Skip to main content

Besides a mountain bike helmet, one of the most essential items that anyone who owns a mountain bike should have is a pair of mtb gloves. Consider them a non-negotiable. You’re going to be navigating terrain filled with thorny bushes, sharp sticks, and rocky surfaces resembling a cheese grater, MTB gloves are indispensable. At a minimum they’ll shield you from debris and the branches whizzing by. And at their best, in the unfortunate event of a fall, they’ll protect you. While there are a handful of quality options available (pun intended), let’s focus on what to look for when selecting MTB gloves.

No Jorts For MTB Gloves

open finger bike gloves

Open finger biking gloves are not recommended for maximum mountain biking protection.

We can’t stress this enough… DO NOT buy cut-off gloves. Not for mountain biking. They may protect your palms, but we’ve witnessed situations where people lost fingernails from falls while wearing them. In summary, full coverage is crucial.

Thumbs Up For Extra Coverage On Thumbs

As you would expect, thumbs on gloves take more abuse than any other part of the glove. Look for full coverage on the inside of the thumbs where you’re gripping the handlebar. A good example of this is the Giro DND glove.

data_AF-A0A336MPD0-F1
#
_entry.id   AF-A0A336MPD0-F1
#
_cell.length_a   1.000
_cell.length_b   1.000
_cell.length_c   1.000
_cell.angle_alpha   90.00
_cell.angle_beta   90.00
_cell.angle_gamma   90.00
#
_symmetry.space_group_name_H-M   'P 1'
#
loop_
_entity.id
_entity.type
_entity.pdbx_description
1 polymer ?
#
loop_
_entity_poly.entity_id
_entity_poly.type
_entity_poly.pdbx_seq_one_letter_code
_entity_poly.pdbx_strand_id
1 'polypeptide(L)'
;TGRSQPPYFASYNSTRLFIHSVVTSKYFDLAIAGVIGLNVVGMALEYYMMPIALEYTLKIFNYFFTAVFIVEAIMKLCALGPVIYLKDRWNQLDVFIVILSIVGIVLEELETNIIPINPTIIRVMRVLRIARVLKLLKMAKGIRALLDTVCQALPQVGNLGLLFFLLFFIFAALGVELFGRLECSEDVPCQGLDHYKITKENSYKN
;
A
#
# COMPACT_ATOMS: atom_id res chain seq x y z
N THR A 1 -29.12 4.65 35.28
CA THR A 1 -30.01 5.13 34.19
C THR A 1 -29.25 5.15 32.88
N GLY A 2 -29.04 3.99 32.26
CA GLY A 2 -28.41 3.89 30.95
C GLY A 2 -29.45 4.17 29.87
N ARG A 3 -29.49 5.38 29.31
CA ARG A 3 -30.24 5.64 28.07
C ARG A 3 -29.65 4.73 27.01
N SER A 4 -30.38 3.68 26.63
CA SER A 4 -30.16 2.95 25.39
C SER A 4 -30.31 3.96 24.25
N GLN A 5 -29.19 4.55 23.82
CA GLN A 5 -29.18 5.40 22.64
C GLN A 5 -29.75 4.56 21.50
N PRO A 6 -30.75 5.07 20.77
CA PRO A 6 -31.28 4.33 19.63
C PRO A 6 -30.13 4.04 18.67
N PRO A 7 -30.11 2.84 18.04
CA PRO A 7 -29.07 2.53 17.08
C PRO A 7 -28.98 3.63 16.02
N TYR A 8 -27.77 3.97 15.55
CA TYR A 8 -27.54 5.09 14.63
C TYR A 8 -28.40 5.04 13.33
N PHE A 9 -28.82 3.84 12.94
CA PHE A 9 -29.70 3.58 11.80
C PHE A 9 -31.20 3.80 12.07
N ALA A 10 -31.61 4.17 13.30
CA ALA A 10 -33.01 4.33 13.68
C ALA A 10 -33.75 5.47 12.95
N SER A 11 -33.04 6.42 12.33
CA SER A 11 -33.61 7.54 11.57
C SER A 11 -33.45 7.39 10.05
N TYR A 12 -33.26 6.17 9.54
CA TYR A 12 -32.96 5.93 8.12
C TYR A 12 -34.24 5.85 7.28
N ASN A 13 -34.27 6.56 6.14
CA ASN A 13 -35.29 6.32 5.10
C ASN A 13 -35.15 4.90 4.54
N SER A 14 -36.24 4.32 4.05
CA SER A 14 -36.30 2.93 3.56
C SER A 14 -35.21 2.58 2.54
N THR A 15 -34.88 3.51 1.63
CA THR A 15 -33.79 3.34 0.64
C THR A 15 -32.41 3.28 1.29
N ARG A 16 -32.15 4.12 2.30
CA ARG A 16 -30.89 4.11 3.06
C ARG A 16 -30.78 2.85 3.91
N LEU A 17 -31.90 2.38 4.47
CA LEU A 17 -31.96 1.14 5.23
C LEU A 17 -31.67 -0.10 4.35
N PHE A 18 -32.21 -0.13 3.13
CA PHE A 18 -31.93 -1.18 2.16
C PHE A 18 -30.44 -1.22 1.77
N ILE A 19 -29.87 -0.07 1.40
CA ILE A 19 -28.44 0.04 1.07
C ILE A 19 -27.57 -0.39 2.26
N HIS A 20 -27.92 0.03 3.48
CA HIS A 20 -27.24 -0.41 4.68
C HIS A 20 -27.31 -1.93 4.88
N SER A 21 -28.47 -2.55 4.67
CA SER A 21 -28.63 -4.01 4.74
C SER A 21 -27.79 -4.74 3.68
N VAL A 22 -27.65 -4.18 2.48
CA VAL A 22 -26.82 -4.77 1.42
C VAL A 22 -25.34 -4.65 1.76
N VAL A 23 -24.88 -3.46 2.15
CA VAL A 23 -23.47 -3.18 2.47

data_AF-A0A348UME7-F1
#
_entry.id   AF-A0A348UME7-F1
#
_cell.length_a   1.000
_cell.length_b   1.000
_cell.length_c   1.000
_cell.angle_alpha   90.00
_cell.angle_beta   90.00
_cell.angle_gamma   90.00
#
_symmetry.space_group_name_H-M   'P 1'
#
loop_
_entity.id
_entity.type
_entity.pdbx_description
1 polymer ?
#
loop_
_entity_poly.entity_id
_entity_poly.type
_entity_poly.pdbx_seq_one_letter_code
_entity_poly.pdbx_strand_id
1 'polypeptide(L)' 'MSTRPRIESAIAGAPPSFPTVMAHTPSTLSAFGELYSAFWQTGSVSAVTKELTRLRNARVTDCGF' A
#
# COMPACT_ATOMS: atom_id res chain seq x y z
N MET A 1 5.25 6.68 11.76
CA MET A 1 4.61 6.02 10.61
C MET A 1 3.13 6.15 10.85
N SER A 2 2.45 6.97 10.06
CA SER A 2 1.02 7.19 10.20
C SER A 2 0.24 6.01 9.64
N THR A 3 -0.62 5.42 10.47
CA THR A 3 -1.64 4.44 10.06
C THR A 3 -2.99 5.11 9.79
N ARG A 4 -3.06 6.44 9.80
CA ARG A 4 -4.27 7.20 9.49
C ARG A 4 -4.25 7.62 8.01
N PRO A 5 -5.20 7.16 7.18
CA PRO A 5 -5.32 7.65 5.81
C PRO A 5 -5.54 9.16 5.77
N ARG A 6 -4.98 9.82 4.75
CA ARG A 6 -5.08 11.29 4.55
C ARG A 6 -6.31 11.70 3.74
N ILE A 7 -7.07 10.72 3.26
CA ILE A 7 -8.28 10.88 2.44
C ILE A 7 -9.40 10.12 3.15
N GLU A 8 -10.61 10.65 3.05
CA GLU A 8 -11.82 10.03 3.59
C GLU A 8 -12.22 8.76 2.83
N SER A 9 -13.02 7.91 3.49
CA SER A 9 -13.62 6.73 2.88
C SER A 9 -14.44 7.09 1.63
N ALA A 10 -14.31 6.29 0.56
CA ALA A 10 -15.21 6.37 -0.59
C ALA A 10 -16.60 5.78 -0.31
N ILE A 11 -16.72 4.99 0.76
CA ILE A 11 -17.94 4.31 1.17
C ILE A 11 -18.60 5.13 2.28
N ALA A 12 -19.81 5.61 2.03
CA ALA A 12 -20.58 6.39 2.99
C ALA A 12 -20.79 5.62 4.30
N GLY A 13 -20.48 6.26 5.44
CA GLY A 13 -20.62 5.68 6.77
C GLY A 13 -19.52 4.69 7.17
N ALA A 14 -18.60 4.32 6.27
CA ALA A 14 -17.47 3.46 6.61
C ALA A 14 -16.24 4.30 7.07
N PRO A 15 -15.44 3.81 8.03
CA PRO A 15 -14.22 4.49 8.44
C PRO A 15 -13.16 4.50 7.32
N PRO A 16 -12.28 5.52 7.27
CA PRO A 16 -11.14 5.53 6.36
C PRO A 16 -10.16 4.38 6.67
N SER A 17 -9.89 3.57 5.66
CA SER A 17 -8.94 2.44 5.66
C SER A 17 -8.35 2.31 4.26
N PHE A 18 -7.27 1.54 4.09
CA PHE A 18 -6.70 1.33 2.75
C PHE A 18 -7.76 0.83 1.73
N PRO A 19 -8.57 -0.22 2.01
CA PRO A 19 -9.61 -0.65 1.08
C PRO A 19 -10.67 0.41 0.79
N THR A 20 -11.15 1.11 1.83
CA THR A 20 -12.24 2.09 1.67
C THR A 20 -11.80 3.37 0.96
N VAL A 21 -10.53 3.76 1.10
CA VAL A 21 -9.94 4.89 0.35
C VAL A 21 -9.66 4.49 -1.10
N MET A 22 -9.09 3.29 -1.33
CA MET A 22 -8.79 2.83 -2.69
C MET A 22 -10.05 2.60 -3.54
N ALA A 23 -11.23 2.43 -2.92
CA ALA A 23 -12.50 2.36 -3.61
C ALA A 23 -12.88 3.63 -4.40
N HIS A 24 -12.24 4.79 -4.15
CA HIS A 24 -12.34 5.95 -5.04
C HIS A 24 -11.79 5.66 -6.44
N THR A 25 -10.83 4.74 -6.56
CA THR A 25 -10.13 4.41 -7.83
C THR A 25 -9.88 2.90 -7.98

Whether Or Not… It’s Weather

Even with full coverage, you don’t have to worry about sweaty palms. Since most mountain biking happens during the warmer months, a majority of models out there have mesh on the back (of your hand) to keep them cool and leather palms for protection. However, if you plan on riding year-round, consider investing in a thicker pair for winter conditions.

mountain biking gloves

What About Padding?

How much padding you want comes down to personal preference. Many people appreciate additional knuckle protection or silicone padding on the palm. On the other side of the spectrum, Dylan opts for thinner gloves year-round and avoids palm padding because it tends to bunch up for him.

Advantages To Padding

Padding on the palm offers benefits for longer rides, such as bikepacking, providing extra support when maintaining a consistent body position. Additionally, silicone on the palm enhances grip, particularly in wet conditions.

Slip-On Or Velcro Latch

Another aspect to at least think about is how the glove fastens. Some feature a Velcro cuff while others are just a slip on. Dylan prefers slip-ons for their lightweight feel, while for some the Velcro gives them that extra secure locked in feeling. Ultimately, it boils down to personal preference and how you prefer the glove to fit.